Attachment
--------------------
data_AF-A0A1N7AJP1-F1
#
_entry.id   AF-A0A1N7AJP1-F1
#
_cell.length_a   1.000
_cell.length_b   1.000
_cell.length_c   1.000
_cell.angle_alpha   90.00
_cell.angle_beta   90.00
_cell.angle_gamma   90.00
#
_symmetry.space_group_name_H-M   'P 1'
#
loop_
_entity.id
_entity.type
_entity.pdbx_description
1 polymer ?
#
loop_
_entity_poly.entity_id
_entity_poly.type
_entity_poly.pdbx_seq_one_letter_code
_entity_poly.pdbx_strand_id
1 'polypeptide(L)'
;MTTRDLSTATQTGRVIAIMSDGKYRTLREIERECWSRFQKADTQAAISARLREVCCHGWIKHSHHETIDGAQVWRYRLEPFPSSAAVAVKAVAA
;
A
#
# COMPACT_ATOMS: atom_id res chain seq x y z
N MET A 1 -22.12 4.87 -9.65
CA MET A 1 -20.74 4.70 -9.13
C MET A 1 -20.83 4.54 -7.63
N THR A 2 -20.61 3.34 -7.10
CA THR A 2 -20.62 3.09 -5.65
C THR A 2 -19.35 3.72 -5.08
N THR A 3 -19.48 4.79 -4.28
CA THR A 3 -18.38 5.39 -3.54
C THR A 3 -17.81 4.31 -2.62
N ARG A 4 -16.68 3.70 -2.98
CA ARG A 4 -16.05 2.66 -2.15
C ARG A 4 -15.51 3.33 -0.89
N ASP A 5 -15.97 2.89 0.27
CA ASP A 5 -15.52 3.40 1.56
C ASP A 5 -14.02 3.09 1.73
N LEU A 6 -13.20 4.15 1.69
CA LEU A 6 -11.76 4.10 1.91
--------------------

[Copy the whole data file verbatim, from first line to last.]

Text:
data_AF-A0A1N7AJP1-F1
#
_entry.id   AF-A0A1N7AJP1-F1
#
_cell.length_a   1.000
_cell.length_b   1.000
_cell.length_c   1.000
_cell.angle_alpha   90.00
_cell.angle_beta   90.00
_cell.angle_gamma   90.00
#
_symmetry.space_group_name_H-M   'P 1'
#
loop_
_entity.id
_entity.type
_entity.pdbx_description
1 polymer ?
#
loop_
_entity_poly.entity_id
_entity_poly.type
_entity_poly.pdbx_seq_one_letter_code
_entity_poly.pdbx_strand_id
1 'polypeptide(L)'
;MTTRDLSTATQTGRVIAIMSDGKYRTLREIERECWSRFQKADTQAAISARLREVCCHGWIKHSHHETIDGAQVWRYRLEPFPSSAAVAVKAVAA
;
A
#
# COMPACT_ATOMS: atom_id res chain seq x y z
N MET A 1 -22.12 4.87 -9.65
CA MET A 1 -20.74 4.70 -9.13
C MET A 1 -20.83 4.54 -7.63
N THR A 2 -20.61 3.34 -7.10
CA THR A 2 -20.62 3.09 -5.65
C THR A 2 -19.35 3.72 -5.08
N THR A 3 -19.48 4.79 -4.28
CA THR A 3 -18.38 5.39 -3.54
C THR A 3 -17.81 4.31 -2.62
N ARG A 4 -16.68 3.70 -2.98
CA ARG A 4 -16.05 2.66 -2.15
C ARG A 4 -15.51 3.33 -0.89
N ASP A 5 -15.97 2.89 0.27
CA ASP A 5 -15.52 3.40 1.56
C ASP A 5 -14.02 3.09 1.73
N LEU A 6 -13.20 4.15 1.69
CA LEU A 6 -11.76 4.10 1.91